“The two men are not, as would be at first supposed, standing on the little girl’s head. The height of the three figures is 16ft., and there is a piece of wood, nearly 16ft. long, driven into the ground behind them. The two young men are standing on two large spikes nailed into the piece of timber, around which their belts are fastened to prevent them falling. When the two men were in position the little girl merely stood underneath them while the picture was made. Not for an instant was there any weight on the little girl’s head.”–Mr. R. D. Von Neida, Ephrata, Penn.



Mr. Gennaro Fattorini, of Galleria Margherita, via Depretis, Rome, sends a most extraordinary photograph of a dinner taken in the water which took place on the River Tiber during the swimming contests which are held yearly in the ancient city. It appears that, notwithstanding the extraordinary difficulties under which the meal was “discussed,” the swimmers enjoyed their food immensely, while the spectators were kept in roars of laughter at this novel spectacle.–Mr. Sbisa, of Rome, took the photograph.



Mr. R. Spafford, of Bloomington, Ill., sends the following extract from the Bloomington Pantograph for July 29th, 1901, also a photograph to illustrate same. The paragraph says: “A remarkable feat was performed by a horse in the 100 block on East Front Street. A team of horses belonging to a Mr. Buck, of Normal, was hitched in front of the building at No. 116. The flies worried the horses considerably, and one of them began to kick and kept it up until the shoe on one of its hind feet was sent with a crash into the large plate-glass window, breaking a small hole in it, and cracking it to the extent of 2ft. on either side of the small opening. One of the most curious things about the whole thing was that the horse-shoe stopped just where it struck, and is still clinging by one of the nails in it to the small break. Scores of people heard the crash, and the suspended horse-shoe has attracted the attention of a great many people.” The “good luck” label was pasted on the glass by the owner of the shop, who did a roaring trade owing to this “lucky accident.”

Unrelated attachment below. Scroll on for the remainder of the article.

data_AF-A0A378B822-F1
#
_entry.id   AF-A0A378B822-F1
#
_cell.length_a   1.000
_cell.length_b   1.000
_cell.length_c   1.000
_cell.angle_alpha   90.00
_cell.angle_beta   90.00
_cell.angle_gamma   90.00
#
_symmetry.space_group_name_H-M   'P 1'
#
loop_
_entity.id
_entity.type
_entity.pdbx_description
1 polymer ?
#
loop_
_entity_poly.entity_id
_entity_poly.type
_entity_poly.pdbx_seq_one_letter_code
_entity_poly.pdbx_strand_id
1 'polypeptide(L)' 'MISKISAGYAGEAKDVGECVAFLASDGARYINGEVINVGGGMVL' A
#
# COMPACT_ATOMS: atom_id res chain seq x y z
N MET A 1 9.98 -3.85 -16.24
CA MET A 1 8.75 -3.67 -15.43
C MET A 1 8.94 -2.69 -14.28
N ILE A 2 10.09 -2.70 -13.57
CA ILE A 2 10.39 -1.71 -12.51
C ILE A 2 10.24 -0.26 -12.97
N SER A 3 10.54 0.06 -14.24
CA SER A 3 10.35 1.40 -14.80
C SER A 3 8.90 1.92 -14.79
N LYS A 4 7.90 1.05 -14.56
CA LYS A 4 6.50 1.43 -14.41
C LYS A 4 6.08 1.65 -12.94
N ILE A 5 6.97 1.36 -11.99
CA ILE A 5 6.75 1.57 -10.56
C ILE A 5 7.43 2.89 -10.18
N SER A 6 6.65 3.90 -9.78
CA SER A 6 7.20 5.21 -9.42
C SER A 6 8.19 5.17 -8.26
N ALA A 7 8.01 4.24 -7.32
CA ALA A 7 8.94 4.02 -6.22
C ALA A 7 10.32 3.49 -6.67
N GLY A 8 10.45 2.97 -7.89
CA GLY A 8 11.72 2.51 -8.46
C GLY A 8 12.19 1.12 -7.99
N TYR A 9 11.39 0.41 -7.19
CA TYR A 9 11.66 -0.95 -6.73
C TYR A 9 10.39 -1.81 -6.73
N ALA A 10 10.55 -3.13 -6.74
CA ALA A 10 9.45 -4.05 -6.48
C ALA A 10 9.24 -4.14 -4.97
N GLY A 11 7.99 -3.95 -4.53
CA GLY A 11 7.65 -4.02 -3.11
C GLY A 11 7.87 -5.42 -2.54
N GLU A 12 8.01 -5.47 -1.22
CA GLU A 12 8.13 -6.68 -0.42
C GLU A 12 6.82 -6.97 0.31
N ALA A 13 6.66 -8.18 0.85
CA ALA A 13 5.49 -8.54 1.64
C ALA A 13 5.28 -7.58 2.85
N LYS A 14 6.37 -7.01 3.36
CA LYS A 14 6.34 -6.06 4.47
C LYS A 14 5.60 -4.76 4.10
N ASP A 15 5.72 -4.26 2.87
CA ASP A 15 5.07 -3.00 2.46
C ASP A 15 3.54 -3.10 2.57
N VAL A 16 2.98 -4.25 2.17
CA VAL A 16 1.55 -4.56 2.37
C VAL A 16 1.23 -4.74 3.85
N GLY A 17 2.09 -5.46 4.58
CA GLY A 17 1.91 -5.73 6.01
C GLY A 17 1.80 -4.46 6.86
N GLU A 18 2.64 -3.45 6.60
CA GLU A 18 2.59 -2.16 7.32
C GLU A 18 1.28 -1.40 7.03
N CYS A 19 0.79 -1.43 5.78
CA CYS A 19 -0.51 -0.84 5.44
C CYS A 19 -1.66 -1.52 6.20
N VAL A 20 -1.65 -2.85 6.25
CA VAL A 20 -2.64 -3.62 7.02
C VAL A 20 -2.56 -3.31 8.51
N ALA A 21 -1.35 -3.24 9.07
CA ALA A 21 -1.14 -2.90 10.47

“I send you the copy of a very old book that I possess. It is called ‘A New Hierogliphical or Picture Bible.’ This edition was published in 1834 by Mahlon Day, of New York, but it was originally issued in London, where it had already entered upon its tenth edition before being introduced into America. It contains 104 pages, illustrated by 400 wood engravings. Short passages from nearly every book of the Bible are illustrated, and, quoting the introduction to the work, ‘such parts being preferred, for illustration and embellishment, as were either thought to contain the most momentous truths or the most interesting relations.'”–Mr. A. M. Kinnear, 1323, Liberty Street, Franklin, Penn.–We reproduce a specimen page taken from this interesting book, and anyone can easily make out its meaning without first referring to the explanation which is appended at the foot of every page.